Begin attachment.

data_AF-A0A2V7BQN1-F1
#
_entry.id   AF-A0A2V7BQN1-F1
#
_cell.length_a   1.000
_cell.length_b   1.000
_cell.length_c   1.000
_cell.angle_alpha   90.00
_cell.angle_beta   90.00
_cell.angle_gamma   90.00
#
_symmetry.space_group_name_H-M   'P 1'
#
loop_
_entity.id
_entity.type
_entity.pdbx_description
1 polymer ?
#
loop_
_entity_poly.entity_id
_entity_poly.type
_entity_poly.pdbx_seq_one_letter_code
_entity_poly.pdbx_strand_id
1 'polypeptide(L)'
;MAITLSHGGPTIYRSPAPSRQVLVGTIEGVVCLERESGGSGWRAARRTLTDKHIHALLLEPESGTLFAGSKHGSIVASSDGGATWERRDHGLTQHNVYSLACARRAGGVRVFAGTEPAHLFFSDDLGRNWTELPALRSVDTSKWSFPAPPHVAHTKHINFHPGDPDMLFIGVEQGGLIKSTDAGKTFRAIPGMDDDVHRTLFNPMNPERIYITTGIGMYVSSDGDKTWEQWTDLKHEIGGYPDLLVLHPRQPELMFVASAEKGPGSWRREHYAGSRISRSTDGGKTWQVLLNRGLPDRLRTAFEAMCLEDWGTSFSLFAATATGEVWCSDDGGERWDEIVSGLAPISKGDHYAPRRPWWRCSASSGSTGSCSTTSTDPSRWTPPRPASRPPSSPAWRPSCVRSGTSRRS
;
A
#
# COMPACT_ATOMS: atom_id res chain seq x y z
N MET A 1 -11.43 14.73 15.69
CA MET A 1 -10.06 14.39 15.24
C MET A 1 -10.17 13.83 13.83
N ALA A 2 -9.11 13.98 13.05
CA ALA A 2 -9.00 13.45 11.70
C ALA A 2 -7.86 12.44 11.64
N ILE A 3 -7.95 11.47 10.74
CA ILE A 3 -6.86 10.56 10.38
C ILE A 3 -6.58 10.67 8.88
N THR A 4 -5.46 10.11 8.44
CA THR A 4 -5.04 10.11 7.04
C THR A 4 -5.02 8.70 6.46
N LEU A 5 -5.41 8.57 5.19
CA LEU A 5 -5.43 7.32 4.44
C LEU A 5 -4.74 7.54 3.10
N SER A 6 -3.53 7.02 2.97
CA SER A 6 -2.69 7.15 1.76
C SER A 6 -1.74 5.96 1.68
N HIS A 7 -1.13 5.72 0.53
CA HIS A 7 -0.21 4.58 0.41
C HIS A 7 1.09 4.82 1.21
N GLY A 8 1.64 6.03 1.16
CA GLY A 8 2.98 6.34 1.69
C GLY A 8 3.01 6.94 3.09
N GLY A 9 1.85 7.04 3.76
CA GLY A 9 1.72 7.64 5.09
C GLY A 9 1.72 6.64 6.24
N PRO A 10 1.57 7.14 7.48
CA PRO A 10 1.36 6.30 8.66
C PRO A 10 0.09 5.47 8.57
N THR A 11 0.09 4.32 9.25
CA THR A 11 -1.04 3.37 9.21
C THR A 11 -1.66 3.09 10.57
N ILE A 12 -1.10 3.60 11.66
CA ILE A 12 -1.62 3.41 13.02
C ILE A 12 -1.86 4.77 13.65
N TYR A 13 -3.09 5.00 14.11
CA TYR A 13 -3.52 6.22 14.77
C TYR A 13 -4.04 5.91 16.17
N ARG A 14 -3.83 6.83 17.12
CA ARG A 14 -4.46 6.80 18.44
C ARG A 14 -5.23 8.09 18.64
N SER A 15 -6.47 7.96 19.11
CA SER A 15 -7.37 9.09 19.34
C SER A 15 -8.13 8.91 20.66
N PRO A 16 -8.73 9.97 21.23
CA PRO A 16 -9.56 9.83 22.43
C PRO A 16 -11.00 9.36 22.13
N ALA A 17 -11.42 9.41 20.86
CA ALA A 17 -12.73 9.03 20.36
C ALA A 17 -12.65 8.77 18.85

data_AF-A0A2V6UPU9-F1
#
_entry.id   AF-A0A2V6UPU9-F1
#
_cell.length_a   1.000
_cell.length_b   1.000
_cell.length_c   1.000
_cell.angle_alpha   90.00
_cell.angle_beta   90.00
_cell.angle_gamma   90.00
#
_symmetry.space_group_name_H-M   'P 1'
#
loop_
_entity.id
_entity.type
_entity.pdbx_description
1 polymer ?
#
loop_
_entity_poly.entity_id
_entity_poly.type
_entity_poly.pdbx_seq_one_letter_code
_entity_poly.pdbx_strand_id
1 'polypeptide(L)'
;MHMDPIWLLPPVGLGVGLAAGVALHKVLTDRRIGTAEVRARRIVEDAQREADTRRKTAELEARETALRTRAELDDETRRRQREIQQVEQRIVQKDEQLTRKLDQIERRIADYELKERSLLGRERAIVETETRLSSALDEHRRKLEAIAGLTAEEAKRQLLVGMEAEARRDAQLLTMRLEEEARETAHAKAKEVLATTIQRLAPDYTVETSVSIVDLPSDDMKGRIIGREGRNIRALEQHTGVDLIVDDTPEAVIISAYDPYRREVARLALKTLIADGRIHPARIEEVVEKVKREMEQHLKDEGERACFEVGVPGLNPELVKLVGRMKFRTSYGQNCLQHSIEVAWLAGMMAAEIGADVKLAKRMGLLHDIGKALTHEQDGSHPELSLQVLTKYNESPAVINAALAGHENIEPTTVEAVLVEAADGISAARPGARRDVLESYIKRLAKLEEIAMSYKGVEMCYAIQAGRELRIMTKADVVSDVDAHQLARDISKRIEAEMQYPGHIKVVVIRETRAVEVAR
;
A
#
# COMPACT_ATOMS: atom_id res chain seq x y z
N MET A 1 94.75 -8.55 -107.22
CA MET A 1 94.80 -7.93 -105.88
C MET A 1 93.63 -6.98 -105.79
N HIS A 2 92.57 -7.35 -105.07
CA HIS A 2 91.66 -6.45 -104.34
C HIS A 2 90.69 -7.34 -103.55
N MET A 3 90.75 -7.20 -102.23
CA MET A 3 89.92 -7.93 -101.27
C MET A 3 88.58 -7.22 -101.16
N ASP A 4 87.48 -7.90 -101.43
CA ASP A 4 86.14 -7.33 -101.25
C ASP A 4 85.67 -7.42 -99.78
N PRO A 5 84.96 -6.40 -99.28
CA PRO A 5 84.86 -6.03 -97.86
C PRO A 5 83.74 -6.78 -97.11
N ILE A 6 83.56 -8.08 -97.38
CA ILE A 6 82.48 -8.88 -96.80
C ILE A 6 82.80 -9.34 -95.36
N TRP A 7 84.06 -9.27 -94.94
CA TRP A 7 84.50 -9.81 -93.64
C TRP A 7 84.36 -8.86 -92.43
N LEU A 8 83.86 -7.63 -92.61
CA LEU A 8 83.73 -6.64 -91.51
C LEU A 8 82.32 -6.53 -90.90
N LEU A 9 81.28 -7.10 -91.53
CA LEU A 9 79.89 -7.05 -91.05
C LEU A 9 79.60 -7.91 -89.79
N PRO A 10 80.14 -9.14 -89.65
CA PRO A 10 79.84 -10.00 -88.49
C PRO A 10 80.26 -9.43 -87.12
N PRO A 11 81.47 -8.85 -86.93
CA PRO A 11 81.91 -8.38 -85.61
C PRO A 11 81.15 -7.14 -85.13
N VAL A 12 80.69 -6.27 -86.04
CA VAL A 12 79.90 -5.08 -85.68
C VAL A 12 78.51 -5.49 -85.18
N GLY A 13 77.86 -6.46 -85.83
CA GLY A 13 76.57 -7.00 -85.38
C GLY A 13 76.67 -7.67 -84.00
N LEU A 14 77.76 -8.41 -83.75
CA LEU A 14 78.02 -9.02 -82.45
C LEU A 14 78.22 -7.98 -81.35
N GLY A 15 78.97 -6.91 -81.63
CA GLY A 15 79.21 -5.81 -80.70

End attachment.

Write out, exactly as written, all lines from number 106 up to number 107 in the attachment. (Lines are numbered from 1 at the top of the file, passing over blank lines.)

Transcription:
1 'polypeptide(L)'
;MHMDPIWLLPPVGLGVGLAAGVALHKVLTDRRIGTAEVRARRIVEDAQREADTRRKTAELEARETALRTRAELDDETRRRQREIQQVEQRIVQKDEQLTRKLDQIERRIADYELKERSLLGRERAIVETETRLSSALDEHRRKLEAIAGLTAEEAKRQLLVGMEAEARRDAQLLTMRLEEEARETAHAKAKEVLATTIQRLAPDYTVETSVSIVDLPSDDMKGRIIGREGRNIRALEQHTGVDLIVDDTPEAVIISAYDPYRREVARLALKTLIADGRIHPARIEEVVEKVKREMEQHLKDEGERACFEVGVPGLNPELVKLVGRMKFRTSYGQNCLQHSIEVAWLAGMMAAEIGADVKLAKRMGLLHDIGKALTHEQDGSHPELSLQVLTKYNESPAVINAALAGHENIEPTTVEAVLVEAADGISAARPGARRDVLESYIKRLAKLEEIAMSYKGVEMCYAIQAGRELRIMTKADVVSDVDAHQLARDISKRIEAEMQYPGHIKVVVIRETRAVEVAR